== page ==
Ok, so here we can see the innards of the wah itself. There are a myriad of mods that we could make to this pedal and if it were an older version then I might be tempted. As this is one of the later models and one that I personally think sounds pretty good when it’s engaged, I’m going to just concentrate on the true bypass switch installation. We do have options for installing an LED activation light if we so desire and for changing the tonal qualities of the pedal itself but for now, I’m just sticking with the bypass. At this point, if you have a battery installed, remove it. Also, make sure there isn’t a power supply plugged into the 9v input jack socket.
Here is the switch that we’re going to be replacing. Note that we’ll need to unsolder the brown, blue and white wires. Your wires may be a different colour so you’ll need to use a multimeter to determine which wire is from the input socket tip, which one goes to the pcb and which one goes to the output socket tip. In this case the brown is the input, the white is the output and the blue is from the board.
Next, look at the input jack socket. Here we can see there is the brown wire that runs to the switch and a green wire that goes off to the board. It’s this that creates that resultant tone-sucking when the pedal is disengaged.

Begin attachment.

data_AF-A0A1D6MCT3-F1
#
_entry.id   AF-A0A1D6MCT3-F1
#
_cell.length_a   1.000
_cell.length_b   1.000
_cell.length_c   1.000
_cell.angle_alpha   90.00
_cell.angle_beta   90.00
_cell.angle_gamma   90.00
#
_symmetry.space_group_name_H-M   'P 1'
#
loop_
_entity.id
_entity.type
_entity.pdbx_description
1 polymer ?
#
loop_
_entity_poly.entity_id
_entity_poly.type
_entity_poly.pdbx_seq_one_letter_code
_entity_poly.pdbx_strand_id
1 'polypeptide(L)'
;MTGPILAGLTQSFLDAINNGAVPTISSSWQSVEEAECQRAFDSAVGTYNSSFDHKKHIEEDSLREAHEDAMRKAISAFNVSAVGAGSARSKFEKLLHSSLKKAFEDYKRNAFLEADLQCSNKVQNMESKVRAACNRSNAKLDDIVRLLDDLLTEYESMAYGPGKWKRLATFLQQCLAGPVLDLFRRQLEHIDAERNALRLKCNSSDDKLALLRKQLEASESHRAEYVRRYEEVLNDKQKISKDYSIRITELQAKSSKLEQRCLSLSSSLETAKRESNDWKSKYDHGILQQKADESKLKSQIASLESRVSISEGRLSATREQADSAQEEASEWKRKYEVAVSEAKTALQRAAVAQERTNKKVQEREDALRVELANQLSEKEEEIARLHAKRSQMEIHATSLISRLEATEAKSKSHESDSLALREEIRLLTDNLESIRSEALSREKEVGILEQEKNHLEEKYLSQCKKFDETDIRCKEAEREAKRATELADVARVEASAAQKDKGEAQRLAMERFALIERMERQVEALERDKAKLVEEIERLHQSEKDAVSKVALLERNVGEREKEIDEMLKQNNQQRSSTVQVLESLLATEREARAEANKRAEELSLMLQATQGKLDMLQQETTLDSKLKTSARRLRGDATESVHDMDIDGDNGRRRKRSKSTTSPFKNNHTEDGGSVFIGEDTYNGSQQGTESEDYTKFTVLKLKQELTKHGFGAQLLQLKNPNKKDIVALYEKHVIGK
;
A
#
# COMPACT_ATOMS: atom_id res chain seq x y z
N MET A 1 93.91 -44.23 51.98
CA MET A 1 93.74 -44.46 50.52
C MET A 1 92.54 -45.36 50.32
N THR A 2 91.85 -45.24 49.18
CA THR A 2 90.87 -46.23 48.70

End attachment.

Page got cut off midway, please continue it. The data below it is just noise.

Unsolder the blue, brown and white wires from the switch……
Next up, unsolder the brown and green wires from the input tip connection on the jack socket.
Now cut 2 x 8″ of wire, I’ve used green and white. You’ll also need a short length of heat-shrink or insulation tape.
The next two photos show the switch removed from the unit.
Here is the switch that we’re going to be installing. It’s a 3PDT (Triple Pole Double Throw) switch. These are only a couple of quid, are very robust and should last many years.
I’ve measured up and found that the replacement switch is a touch shorter that the old one. This is going to cause issues when trying to press down and engage the wah. A simple and very effective solution is to use a ‘bump-it’. The photo below isn’t great but you can make out what a ‘bump-it’ is.
And here is a ‘bump-it’ attached to the top of the switch extending it and making it more comfortable to operate.